Step 6

Let’s add a background color so we can see the different pieces clearly. Add the following code inside the if statement in the initWithFrame: method.

self.backgroundColor = [UIColor grayColor];

6. Setting the Popover Background View Class Property

Before we can test the popover, we’ll need to import and set the popover controller’s popover background view class property. Click on the ViewController.m file and import the popover background view header file as demonstrated below.

#import "PopoverBackgroundView.h"

While we're still in the ViewController.m file, add the following line of code just below where we created the UIPopoverController in the showPopover: method.

popController.popoverBackgroundViewClass = [PopoverBackgroundView class];

7. Testing the Popover Background View

Build and run the project and tap the plus button to see the popover. You can see that the standard popover has been replaced with the customizations we’ve added so far. The gray border around the popover shows the insets returned from the contentViewInsets method. You can adjust the insets as needed to achieve a desired look. We’ll draw an arrow later in the tutorial to display on the screen.


8. Setting the Shadows and Rounded Corners

The wantsDefaultContentAppearance method determines whether the default inset shadows and rounded corners are displayed in the popover. By returning NO, the popover background view will no longer show the default shadows and rounded corners, allowing you to implement your own. Add the following code to override the method.

+ (BOOL)wantsDefaultContentAppearance
{
    return NO;
}

Build and run the project and you will be able to see the difference.


9. Adding the Arrow

Step 1

We’ll need to create and manage the arrow ourselves; let’s declare a property for an image view that will display the arrow. Add the following code to the class extension.

@property (nonatomic, strong) UIImageView *arrowImageView;

Now we can instantiate the image view. Replace the code inside the if statement in initWithFrame: with the following code.

self.backgroundColor = [UIColor clearColor];

UIImageView *arrowImageView = [[UIImageView alloc] initWithFrame:CGRectZero];
self.arrowImageView = arrowImageView;
[self addSubview:self.arrowImageView];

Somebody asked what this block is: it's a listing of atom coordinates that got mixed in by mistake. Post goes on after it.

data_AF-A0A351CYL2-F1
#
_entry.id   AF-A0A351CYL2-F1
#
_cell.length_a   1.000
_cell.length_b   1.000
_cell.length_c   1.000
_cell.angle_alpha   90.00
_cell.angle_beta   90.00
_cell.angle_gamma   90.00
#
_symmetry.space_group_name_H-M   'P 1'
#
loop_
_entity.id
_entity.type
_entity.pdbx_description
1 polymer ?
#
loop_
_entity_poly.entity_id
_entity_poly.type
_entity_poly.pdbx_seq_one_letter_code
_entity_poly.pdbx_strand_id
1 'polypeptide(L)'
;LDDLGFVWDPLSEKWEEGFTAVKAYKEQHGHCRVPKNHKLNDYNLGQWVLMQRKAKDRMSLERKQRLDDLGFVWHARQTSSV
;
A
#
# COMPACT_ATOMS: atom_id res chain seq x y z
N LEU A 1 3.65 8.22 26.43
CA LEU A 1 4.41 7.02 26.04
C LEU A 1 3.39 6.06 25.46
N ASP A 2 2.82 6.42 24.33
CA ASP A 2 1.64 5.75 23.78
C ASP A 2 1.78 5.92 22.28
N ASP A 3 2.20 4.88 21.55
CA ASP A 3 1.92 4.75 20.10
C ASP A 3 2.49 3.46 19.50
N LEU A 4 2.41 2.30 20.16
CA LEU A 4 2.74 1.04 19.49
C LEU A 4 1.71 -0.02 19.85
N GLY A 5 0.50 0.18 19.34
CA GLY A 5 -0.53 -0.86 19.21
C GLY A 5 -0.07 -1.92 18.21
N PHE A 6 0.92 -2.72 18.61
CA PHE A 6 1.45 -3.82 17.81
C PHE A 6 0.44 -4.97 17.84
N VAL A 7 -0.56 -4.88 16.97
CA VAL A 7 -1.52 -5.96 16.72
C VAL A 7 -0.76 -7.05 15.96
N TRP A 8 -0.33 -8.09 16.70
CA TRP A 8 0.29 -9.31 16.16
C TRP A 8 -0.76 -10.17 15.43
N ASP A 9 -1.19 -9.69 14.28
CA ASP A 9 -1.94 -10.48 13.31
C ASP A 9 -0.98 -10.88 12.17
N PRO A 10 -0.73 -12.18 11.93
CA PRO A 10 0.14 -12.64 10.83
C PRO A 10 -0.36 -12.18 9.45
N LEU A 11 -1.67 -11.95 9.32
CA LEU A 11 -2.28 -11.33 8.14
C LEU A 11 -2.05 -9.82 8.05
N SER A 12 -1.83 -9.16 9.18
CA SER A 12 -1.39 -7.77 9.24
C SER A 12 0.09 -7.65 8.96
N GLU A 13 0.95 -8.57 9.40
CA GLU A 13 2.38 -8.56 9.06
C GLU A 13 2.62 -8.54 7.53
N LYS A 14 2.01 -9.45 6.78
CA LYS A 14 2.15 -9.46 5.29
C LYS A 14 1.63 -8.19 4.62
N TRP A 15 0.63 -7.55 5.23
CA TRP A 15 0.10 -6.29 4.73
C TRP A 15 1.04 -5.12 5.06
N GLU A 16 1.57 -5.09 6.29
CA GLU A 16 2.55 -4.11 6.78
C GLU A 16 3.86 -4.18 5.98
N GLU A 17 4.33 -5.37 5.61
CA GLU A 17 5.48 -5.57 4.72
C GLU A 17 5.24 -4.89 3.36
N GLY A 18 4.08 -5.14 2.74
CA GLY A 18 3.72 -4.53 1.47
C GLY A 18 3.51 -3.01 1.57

Step 2

Let’s change the border inset by updating the the kBorderInset defined in PopoverBackgroundView.m with the following code.

#define kBorderInset 0.0f

Step 3

In order to draw the arrow, we’ll need to declare a method to perform the drawing. Add the following method declaration in the class extension in PopoverBackgroundView.m.

- (UIImage *)drawArrowImage:(CGSize)size;

Step 4

Now add the method definition under @implementation.

- (UIImage *)drawArrowImage:(CGSize)size
{
    UIGraphicsBeginImageContextWithOptions(size, NO, 0);
    CGContextRef ctx = UIGraphicsGetCurrentContext();
    [[UIColor clearColor] setFill];
    CGContextFillRect(ctx, CGRectMake(0.0f, 0.0f, size.width, size.height));

    CGMutablePathRef arrowPath = CGPathCreateMutable();
    CGPathMoveToPoint(arrowPath, NULL, (size.width/2.0f), 0.0f);
    CGPathAddLineToPoint(arrowPath, NULL, size.width, size.height);
    CGPathAddLineToPoint(arrowPath, NULL, 0.0f, size.height);
    CGPathCloseSubpath(arrowPath);
    CGContextAddPath(ctx, arrowPath);
    CGPathRelease(arrowPath);

    UIColor *fillColor = [UIColor yellowColor];
    CGContextSetFillColorWithColor(ctx, fillColor.CGColor);
    CGContextDrawPath(ctx, kCGPathFill);

    UIImage *image = UIGraphicsGetImageFromCurrentImageContext();
    UIGraphicsEndImageContext();
    return image;

}

Instead of using an imported image, the code above programmatically creates the arrow.

Step 5

Each time the bounds of the popover background view subclass changes, the frame of the arrow needs to be recalculated. We can accomplish this by overriding layoutSubviews. Add the following code to PopoverBackgroundView.m.

- (void)layoutSubviews
{
    [super layoutSubviews];

	CGSize arrowSize = CGSizeMake([[self class] arrowBase], [[self class] arrowHeight]);

    self.arrowImageView.image = [self drawArrowImage:arrowSize];

    self.arrowImageView.frame = CGRectMake(((self.bounds.size.width - arrowSize.width) kBorderInset), 0.0f, arrowSize.width, arrowSize.height);
}

The frame of the arrow’s image view and the arrow’s image are calculated based on the bounds of the popover background view, the border’s insets, and the arrow's base and height.


10. Testing the Popover

Build and run your project to see the customized popover. Even though the border inset is set to zero, the arrow is adjusted to line up with the inside edge of the right inset. By subtracting the border inset when determining the x coordinate for the image view frame for the arrow, we are able to align the image view appropriately.


Conclusion

This tutorial is designed to get you up and running with customizing a popover. There are many directions you can take the project from here; for example, adding another image view to display a custom border image. To do this, you would follow a similar pattern like we did when we created the image view for the arrow. Furthermore, you may want to customize the popover based on the arrow’s direction. In layoutSubviews, a series of if statements could help you test for the arrow’s direction so you could adjust the arrow accordingly. Leave a comment or question below if you have a specific direction you’d like to go with your customizations.